In the other miracles, Jesus did it is important to note that many of the people of Jesus’ day were superstitious. And so, many of His miracles were attributed to Jesus using magic, or some sort of mysticism; that He had concocted His own short drama with other actors, as most of His previous miracles had only the person on whom He performed the miracle, or perhaps a few others there to witness the ‘illusion’ Jesus had performed. But many Jews witnessed that Lazarus had died, and had been dead for four days when Jesus raised him from the dead. This particular miracle was indisputable and this is why the chief priests and Pharisees gathered; with this miracle and Jesus’ history of performing many other miracles, it became time to act: “What do we? for this man doeth many miracles. 48 If we let him thus alone, all men will believe on him: and the Romans shall come and take away both our place and nation.”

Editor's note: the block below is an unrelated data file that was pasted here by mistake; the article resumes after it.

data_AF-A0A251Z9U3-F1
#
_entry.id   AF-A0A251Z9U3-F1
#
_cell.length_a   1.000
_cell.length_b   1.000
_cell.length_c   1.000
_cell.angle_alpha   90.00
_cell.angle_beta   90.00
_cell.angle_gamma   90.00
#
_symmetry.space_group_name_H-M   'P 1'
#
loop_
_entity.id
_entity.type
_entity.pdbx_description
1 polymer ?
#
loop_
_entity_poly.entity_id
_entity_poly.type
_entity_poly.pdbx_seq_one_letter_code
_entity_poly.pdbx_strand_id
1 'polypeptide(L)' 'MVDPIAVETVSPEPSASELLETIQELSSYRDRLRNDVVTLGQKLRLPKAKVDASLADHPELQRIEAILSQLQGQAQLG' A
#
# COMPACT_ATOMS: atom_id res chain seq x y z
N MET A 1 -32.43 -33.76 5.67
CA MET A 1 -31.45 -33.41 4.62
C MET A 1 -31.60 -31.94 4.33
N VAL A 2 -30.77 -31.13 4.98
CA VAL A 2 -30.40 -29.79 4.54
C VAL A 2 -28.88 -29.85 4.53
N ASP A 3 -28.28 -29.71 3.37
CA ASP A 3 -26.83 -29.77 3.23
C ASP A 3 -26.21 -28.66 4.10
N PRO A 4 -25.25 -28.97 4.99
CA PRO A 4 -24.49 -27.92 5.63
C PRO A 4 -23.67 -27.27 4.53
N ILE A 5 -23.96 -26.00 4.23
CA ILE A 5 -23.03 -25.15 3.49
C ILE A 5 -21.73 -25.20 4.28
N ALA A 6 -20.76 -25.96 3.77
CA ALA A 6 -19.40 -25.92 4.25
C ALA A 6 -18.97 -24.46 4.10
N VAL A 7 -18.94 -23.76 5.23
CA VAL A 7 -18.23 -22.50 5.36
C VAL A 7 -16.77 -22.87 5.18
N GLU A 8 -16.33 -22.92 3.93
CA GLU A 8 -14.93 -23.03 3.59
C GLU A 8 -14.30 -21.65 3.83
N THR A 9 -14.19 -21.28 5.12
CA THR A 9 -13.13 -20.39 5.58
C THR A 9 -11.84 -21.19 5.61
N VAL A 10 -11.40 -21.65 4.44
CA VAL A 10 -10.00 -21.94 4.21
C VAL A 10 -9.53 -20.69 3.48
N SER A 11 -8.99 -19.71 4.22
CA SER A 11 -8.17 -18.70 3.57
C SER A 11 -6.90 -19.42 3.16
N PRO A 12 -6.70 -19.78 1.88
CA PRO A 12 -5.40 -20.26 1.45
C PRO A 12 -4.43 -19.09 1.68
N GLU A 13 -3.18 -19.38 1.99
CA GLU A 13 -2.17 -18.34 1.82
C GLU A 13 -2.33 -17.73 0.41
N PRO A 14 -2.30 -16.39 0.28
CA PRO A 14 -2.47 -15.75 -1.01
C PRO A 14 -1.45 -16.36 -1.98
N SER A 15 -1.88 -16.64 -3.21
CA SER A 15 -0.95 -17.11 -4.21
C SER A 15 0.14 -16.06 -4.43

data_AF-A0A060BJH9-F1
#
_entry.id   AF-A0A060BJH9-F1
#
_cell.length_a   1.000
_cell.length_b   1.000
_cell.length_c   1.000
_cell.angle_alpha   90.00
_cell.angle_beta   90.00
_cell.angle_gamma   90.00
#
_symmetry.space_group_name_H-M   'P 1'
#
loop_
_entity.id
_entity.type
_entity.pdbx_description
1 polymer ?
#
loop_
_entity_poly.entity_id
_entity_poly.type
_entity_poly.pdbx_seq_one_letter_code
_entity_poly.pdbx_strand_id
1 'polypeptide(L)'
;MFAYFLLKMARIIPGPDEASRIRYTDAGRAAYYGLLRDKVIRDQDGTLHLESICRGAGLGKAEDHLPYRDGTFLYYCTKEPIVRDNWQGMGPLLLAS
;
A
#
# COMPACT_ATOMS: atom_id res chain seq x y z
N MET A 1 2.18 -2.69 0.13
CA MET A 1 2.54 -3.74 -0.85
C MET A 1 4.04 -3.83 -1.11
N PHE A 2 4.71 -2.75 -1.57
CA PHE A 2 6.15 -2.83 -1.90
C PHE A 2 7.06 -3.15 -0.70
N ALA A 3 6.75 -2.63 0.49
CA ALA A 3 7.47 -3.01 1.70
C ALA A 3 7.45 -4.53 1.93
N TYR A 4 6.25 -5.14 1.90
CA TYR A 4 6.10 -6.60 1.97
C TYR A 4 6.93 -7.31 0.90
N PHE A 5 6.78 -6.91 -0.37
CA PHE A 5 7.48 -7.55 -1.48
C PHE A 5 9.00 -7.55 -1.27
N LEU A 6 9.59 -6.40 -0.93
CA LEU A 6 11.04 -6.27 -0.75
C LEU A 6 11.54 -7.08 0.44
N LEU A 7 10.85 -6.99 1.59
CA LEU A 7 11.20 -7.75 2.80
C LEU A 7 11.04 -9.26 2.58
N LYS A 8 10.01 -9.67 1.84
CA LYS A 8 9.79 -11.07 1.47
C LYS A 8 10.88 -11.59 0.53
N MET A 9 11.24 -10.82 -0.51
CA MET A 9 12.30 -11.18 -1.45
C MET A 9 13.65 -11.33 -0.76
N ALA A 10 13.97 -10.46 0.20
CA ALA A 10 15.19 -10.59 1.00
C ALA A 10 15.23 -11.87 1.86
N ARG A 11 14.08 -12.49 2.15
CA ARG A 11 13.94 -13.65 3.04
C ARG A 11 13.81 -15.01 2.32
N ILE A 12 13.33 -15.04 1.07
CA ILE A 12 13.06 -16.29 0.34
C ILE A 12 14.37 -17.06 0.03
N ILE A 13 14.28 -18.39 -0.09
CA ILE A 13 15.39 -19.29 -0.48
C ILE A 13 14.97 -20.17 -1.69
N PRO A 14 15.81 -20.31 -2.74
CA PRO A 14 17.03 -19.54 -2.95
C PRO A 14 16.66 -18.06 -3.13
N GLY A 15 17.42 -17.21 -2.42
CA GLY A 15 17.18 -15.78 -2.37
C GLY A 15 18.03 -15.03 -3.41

The Romans had allowed the Jews to live among them, peaceably for the most part, so long as they lived under the subjection of Roman law—the Pax Romana—without dispute. Under this overarching blanket of Roman law, the Jews were able to have and uphold their own Jewish law. The Jewish Council—the Sanhedrin—upheld Jewish law and were the ‘power brokers’ over the Jews yet, under Roman law. “The Great Sanhedrin in Jerusalem was generally composed of seventy of the leading priests (who were mostly Sadducees) and the revered rabbinic scribes (who were mostly Pharisees), with the ruling high priest [Caiaphas, at this time] serving as the seventy-first member who would vote to break ties in the court. Accordingly, the Sanhedrin (the Council) was summoned to deal with the threat posed by such a popular figure.” “. . . [The] level of respect for Jesus among the people created a major problem for the power brokers of the Jews.” Herein was their problem: “48 If we let him thus alone, all men will believe on him: and the Romans shall come and take away both our place and nation.” Jesus was a threat to the Jewish leaders’ power and, ironically, they feared, the Jewish nation.